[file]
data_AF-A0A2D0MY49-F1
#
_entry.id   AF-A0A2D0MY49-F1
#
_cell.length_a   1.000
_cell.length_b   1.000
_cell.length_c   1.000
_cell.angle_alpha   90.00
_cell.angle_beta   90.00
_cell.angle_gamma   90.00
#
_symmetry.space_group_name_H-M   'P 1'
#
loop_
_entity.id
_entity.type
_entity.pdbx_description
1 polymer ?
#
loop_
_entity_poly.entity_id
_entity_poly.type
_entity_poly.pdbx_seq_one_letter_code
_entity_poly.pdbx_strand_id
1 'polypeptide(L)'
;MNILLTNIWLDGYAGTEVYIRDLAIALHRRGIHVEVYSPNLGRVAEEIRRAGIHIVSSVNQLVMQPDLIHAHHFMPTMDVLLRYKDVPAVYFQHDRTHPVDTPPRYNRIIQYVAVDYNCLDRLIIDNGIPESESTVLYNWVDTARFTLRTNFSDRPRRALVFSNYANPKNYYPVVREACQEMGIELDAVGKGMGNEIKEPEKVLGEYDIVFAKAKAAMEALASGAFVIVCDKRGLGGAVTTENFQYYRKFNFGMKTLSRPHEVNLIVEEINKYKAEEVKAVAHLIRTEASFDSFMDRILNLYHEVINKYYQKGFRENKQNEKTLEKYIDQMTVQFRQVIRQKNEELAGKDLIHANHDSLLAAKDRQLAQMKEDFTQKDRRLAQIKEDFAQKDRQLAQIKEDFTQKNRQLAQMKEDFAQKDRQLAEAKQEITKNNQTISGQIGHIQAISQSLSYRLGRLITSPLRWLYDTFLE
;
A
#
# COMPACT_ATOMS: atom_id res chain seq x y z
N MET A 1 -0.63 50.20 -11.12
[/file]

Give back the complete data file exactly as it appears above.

data_AF-A0A2D0MY49-F1
#
_entry.id   AF-A0A2D0MY49-F1
#
_cell.length_a   1.000
_cell.length_b   1.000
_cell.length_c   1.000
_cell.angle_alpha   90.00
_cell.angle_beta   90.00
_cell.angle_gamma   90.00
#
_symmetry.space_group_name_H-M   'P 1'
#
loop_
_entity.id
_entity.type
_entity.pdbx_description
1 polymer ?
#
loop_
_entity_poly.entity_id
_entity_poly.type
_entity_poly.pdbx_seq_one_letter_code
_entity_poly.pdbx_strand_id
1 'polypeptide(L)'
;MNILLTNIWLDGYAGTEVYIRDLAIALHRRGIHVEVYSPNLGRVAEEIRRAGIHIVSSVNQLVMQPDLIHAHHFMPTMDVLLRYKDVPAVYFQHDRTHPVDTPPRYNRIIQYVAVDYNCLDRLIIDNGIPESESTVLYNWVDTARFTLRTNFSDRPRRALVFSNYANPKNYYPVVREACQEMGIELDAVGKGMGNEIKEPEKVLGEYDIVFAKAKAAMEALASGAFVIVCDKRGLGGAVTTENFQYYRKFNFGMKTLSRPHEVNLIVEEINKYKAEEVKAVAHLIRTEASFDSFMDRILNLYHEVINKYYQKGFRENKQNEKTLEKYIDQMTVQFRQVIRQKNEELAGKDLIHANHDSLLAAKDRQLAQMKEDFTQKDRRLAQIKEDFAQKDRQLAQIKEDFTQKNRQLAQMKEDFAQKDRQLAEAKQEITKNNQTISGQIGHIQAISQSLSYRLGRLITSPLRWLYDTFLE
;
A
#
# COMPACT_ATOMS: atom_id res chain seq x y z
N MET A 1 -0.63 50.20 -11.12